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And for anyone who hasen't adjusted Alfetta rear calipers here is a post I found on the old Alfa gtv6 .org site discribing the correct direction to turn the adjusters.

GTV6 rear brakes adjusters

Date: Mon, 16 Mar 1998 21:54:57 -0500
From: Fred Di Matteo <[email protected]>
Adjusting the rear brake calipers

Nev, in Australia asks about his rear brakes, especially the handbrake.
Nev does not like much the designer of those rear calipers which really
are quite good. I feel sorry for people who do not have a lift to work
under because replacing rear pads in Alfettas, GTV-6s and Milanos are
not too easy. However, car up on a lift makes the job much easier to

I have warned many over the years not to try to shorten the hand brake
cable because they break when rusted badly. If the pad replacements are
going to be done correctly, one must learn exactly how to do it or let
an expert do it for you. Why risk your life for a few lousy dollars?

OK, you want to learn how? First you'll need the tools, a special 17mm
wrench, a metric Allen wrench a 6mm socket and two 0.002" feeler
gauges. The special 17mm wrench is nothing more than a 17mm socket
with a handle welded on it. That's so the allen tool can be inserted to
make the adjustments. Make sure the hand brake is fully disengaged.

First let me mention that the rear pads wear 75% longer than the fronts
so you won't change them as often. In order to remove the rear pads,
you must retract the pistons in order to pull the worn pads out. You
probably don't know which way to turn the adjusters to retract the
pistons, so, if we start on the left side caliper, remove the 17mm
plastic cap, insert the 17mm special socket and loosen the locknut by
turning it clockwise not over a half turn. Then insert the allen wrench
and turn that counter-clock-wise until the pad stops moving outward.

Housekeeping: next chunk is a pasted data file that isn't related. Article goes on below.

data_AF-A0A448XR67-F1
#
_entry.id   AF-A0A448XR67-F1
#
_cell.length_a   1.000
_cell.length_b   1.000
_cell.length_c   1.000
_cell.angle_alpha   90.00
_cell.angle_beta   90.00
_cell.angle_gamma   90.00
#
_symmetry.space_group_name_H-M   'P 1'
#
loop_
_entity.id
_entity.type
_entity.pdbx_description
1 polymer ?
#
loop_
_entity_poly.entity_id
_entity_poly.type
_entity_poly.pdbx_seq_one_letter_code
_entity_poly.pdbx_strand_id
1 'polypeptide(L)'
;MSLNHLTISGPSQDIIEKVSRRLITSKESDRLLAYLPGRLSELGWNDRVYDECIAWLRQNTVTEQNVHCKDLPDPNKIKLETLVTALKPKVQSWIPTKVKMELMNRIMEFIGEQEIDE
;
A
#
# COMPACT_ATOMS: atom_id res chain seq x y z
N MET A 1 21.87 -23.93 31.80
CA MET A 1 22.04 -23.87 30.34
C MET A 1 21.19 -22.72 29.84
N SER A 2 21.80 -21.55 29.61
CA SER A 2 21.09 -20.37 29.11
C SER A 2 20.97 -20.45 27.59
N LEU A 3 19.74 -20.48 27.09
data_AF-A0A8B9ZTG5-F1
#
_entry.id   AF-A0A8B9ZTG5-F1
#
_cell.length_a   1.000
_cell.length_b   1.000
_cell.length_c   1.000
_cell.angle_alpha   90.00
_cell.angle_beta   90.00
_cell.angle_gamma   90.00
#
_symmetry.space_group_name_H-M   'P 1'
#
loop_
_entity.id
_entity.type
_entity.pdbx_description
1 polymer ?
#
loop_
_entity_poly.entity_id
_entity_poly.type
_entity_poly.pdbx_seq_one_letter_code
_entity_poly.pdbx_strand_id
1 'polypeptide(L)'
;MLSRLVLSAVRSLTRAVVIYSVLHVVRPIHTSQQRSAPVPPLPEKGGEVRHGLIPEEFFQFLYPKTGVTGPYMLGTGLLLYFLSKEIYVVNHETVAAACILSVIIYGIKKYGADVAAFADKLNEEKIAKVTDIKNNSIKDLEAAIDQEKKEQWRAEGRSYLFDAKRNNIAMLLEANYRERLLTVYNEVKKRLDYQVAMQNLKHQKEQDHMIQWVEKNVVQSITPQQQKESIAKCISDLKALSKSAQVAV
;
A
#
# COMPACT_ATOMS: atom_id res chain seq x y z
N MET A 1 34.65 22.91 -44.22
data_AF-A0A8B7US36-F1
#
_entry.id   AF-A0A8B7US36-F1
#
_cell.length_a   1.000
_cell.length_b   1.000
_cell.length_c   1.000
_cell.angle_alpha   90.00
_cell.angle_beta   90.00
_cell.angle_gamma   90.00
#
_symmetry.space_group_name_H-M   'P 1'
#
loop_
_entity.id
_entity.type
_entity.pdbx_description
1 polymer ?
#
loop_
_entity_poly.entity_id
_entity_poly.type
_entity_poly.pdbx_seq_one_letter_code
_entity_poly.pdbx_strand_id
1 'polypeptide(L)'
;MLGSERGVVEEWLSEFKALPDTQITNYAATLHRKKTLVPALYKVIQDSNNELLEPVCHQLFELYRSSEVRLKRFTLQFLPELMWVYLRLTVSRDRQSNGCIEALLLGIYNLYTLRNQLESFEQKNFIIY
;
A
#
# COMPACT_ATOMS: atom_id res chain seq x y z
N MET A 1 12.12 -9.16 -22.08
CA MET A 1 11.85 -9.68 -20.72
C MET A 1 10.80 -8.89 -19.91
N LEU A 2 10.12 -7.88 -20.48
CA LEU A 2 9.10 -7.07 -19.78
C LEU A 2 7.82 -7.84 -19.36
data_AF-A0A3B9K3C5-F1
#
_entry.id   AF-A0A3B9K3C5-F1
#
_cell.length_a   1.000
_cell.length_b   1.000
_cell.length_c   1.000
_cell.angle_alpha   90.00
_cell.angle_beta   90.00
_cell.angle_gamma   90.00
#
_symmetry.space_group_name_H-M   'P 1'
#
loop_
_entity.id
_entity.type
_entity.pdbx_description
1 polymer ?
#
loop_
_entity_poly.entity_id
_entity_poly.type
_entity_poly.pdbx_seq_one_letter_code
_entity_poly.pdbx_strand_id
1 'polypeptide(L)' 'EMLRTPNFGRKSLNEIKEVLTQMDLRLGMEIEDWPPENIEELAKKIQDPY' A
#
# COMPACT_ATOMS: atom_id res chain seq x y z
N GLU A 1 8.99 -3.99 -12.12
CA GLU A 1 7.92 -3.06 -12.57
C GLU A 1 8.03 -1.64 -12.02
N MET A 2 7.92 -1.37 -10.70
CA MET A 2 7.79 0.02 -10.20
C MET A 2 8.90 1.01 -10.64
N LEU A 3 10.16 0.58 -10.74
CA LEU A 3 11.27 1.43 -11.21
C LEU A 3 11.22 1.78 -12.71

(hold your finger on the top of the pad to let you know when the pad no
longer moves outward. (very important that you do not turn it too much
because it will allow fluid to leak out) That gets one pad out. You'll
see a 6mm hex head screw facing the rear on the caliper body which
adjusts the other pad. Turn that one counter-clock-wise to retract the
piston, stop when the pad has reached it's distance. Before
installing the new pads, CLEAN the guides thoroughly so the pads slide
in and out easily. I assume the rotors are in good condition and that
you've changed the brake fluid in the past year or two. Insert the new
pads in the left side caliper, and now turn the adjusters with the Allen
wrench in a counter-clock-wise direction to adjust the clearance to
0.002" and turn the 6mm screw clockwise to tighten that pad to 0.002"
clearance. My method calls for the two feeler gauges to be in place,
one under each pad, then tighten the screws firmly then backing off just
enough to pull the feelers out. When the adjustments are made it is
time to lock them in place. Insert the socket and the Allen wrench
through the socket and HOLD the Allen screw so it can't move when you
tighten the 17mm locknut.

On the right caliper, you turn Allen screw adjuster clock-wise to
loosen and counter-clock to tighten. The 6mm screw turns clockwise to
loosen and counter clock to tighten.

When you've set the pads to those specs, there is no other adjustment
for the hand brake. I would lubricate with Marvel Mystery oil the
hand brake mechanisim, don't get any on the pads. Before you move the
car, pump up the brakes to be sure they work, the pads must be in almost
contact or you'll run into something. The hand brake must hold when
you pull it up through about 5 clicks.

Good luck finding lift and if you don't, raise the car as high up as
necessary to work comfortable under it. USE ONY THE STRONGEST JACK

Fred Di Matteo AROC USA Technical Advisor

in a nutshell
left side outer counter clockwise to retract the piston
left side inner counter clockwise to retract the piston

right side outer clockwise to retract the piston
right side inner clockwise to retract the piston
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